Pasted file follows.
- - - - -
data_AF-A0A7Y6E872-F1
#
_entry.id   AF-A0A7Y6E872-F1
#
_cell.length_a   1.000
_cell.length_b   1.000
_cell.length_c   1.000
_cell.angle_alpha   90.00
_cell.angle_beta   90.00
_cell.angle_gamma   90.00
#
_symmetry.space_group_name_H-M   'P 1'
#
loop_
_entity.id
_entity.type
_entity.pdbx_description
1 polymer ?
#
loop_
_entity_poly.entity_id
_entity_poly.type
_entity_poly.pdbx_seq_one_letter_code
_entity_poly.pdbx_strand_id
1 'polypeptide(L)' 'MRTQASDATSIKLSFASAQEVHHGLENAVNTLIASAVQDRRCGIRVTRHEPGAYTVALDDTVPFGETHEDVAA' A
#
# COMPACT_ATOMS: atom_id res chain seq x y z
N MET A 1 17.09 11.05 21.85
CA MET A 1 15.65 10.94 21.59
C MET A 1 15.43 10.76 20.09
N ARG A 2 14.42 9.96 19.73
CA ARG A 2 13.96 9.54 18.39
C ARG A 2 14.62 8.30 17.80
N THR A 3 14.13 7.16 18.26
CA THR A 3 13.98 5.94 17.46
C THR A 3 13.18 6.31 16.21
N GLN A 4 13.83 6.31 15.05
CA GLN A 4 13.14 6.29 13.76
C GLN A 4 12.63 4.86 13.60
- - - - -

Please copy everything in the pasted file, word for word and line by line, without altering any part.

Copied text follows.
data_AF-A0A7Y6E872-F1
#
_entry.id   AF-A0A7Y6E872-F1
#
_cell.length_a   1.000
_cell.length_b   1.000
_cell.length_c   1.000
_cell.angle_alpha   90.00
_cell.angle_beta   90.00
_cell.angle_gamma   90.00
#
_symmetry.space_group_name_H-M   'P 1'
#
loop_
_entity.id
_entity.type
_entity.pdbx_description
1 polymer ?
#
loop_
_entity_poly.entity_id
_entity_poly.type
_entity_poly.pdbx_seq_one_letter_code
_entity_poly.pdbx_strand_id
1 'polypeptide(L)' 'MRTQASDATSIKLSFASAQEVHHGLENAVNTLIASAVQDRRCGIRVTRHEPGAYTVALDDTVPFGETHEDVAA' A
#
# COMPACT_ATOMS: atom_id res chain seq x y z
N MET A 1 17.09 11.05 21.85
CA MET A 1 15.65 10.94 21.59
C MET A 1 15.43 10.76 20.09
N ARG A 2 14.42 9.96 19.73
CA ARG A 2 13.96 9.54 18.39
C ARG A 2 14.62 8.30 17.80
N THR A 3 14.13 7.16 18.26
CA THR A 3 13.98 5.94 17.46
C THR A 3 13.18 6.31 16.21
N GLN A 4 13.83 6.31 15.05
CA GLN A 4 13.14 6.29 13.76
C GLN A 4 12.63 4.86 13.60